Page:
Departmental Papers (ESE)


The Internet is by all accounts an incredible success, but in spite or maybe because of this success, its deficiencies have come under increasing scrutiny and triggered calls for new architectures to succeed it. Those architectures will, however, face a formidable incumbent in the Internet, and their ability to ultimately replace it is likely to depend equally on technical superiority as on economic factors. The goal of this paper is to start developing models that can help provide a quantitative understanding of a competition between the Internet and a new system, and show what factors affect it most strongly. A model for the adoption of competing network technologies by individual users is formulated and solved. It accounts for both the intrinsic value of each technology and the positive externalities derived from their respective numbers of adopters. Using this model, different configurations are explored and possible outcomes characterized. More importantly, configurations are identified where small differences in the attributes of either technology can lead to vastly different results. The paper provides initial results that can help identify parameters that significantly affect the likelihood of success of new network technologies.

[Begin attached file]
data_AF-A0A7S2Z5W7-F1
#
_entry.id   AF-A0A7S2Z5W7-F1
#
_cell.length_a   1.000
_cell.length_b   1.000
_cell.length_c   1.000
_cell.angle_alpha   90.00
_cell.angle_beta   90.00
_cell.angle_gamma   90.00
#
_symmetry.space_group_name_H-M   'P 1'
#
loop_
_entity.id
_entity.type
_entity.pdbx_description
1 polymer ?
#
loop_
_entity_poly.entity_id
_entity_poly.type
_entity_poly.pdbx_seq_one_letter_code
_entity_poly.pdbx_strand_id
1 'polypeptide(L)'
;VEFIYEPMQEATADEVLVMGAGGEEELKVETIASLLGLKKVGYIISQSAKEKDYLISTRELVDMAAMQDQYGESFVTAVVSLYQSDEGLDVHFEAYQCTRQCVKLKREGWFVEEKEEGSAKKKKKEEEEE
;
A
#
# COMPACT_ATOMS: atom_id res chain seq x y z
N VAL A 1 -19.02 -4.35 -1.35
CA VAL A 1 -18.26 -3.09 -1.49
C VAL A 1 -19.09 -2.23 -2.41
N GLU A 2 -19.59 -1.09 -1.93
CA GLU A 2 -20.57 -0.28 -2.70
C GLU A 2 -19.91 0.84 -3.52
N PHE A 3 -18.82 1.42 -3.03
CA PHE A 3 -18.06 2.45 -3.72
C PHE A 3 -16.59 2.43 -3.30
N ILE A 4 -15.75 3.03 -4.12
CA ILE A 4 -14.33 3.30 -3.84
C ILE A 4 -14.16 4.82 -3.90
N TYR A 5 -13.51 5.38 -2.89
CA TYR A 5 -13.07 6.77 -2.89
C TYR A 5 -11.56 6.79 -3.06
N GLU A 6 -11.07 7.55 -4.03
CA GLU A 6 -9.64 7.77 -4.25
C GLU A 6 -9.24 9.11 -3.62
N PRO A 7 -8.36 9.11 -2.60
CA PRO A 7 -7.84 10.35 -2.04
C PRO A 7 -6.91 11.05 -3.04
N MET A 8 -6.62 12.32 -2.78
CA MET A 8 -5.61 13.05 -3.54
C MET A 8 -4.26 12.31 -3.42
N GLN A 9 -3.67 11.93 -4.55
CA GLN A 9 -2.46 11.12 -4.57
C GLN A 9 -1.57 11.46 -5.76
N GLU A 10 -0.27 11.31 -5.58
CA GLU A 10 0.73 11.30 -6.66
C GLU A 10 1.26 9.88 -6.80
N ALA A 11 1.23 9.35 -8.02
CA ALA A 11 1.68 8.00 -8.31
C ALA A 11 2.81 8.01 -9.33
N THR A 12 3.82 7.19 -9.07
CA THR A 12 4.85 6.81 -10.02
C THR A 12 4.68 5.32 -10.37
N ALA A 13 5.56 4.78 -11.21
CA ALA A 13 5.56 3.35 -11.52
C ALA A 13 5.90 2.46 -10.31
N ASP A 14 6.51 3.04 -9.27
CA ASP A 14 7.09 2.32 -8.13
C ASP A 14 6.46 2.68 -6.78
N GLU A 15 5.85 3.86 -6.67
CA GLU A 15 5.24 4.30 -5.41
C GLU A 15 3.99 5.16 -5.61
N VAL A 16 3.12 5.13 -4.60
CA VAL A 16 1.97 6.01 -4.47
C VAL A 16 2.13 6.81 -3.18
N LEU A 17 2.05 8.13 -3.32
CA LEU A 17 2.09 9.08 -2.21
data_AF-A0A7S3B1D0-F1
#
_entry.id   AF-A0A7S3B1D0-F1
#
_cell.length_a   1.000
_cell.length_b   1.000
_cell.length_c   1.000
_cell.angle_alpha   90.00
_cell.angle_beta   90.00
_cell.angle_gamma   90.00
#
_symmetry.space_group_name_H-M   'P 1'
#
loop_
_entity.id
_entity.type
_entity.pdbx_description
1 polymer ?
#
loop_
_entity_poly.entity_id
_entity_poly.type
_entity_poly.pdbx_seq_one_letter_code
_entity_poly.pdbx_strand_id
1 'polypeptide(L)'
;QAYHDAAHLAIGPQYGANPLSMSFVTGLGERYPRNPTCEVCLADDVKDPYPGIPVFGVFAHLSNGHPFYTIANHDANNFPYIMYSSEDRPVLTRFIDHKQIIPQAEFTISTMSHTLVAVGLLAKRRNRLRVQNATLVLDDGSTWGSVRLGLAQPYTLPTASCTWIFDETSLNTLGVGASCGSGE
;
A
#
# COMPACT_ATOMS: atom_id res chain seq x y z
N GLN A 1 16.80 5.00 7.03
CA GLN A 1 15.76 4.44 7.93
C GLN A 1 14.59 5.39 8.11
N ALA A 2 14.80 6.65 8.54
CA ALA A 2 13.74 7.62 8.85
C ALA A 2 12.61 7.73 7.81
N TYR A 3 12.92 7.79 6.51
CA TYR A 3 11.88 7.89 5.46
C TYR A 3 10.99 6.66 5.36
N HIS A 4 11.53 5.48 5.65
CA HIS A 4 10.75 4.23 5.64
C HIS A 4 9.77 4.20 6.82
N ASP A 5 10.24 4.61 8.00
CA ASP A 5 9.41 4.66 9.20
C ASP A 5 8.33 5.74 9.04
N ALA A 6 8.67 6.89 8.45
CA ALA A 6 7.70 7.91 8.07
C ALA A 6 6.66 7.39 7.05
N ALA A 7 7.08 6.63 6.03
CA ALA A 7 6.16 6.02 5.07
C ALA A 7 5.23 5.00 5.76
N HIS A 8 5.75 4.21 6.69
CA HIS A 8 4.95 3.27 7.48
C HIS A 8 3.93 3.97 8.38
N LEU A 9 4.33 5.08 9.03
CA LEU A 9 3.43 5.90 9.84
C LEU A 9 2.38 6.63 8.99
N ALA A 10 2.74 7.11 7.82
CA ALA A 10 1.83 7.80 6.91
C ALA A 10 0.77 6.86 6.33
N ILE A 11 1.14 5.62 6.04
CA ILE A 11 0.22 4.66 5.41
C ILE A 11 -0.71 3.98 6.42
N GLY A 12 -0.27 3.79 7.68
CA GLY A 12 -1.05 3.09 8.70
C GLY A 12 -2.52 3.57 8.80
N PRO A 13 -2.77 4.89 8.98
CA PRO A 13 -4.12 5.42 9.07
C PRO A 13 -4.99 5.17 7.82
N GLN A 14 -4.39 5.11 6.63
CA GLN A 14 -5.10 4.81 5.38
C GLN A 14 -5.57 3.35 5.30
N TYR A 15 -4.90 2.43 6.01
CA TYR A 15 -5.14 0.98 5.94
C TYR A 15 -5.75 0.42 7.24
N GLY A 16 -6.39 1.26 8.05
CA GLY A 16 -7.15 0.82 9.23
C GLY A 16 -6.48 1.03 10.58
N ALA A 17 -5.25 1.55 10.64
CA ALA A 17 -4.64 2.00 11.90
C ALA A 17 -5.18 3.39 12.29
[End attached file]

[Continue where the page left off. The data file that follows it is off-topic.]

Document Type

Conference Paper

Date of this Version

June 2008


Presented at Proceedings of NetEcon '08 — The 2008 Workshop on the Economics of Networks, Systems, and Computation, August 2008, Seattle, WA.


Networks, Economy, Technology Diffusion



Date Posted: 02 September 2008

This document has been peer reviewed.